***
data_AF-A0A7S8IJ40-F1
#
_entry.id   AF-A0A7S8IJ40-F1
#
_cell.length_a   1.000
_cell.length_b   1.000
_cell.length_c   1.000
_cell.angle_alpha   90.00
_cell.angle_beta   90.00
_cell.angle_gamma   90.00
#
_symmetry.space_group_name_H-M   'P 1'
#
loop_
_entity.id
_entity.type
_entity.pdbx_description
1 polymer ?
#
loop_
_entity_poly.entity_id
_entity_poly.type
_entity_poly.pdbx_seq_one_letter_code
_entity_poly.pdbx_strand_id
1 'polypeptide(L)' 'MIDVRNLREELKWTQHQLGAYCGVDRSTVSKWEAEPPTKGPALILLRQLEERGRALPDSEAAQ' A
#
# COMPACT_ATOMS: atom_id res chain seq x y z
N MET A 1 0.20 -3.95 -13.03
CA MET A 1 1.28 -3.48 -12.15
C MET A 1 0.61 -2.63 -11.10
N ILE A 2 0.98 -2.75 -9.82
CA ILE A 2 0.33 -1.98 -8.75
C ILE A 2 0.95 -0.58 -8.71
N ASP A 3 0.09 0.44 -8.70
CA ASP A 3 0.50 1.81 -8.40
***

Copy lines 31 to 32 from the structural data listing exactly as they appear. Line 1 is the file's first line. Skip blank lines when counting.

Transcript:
N ILE A 2 0.98 -2.75 -9.82
CA ILE A 2 0.33 -1.98 -8.75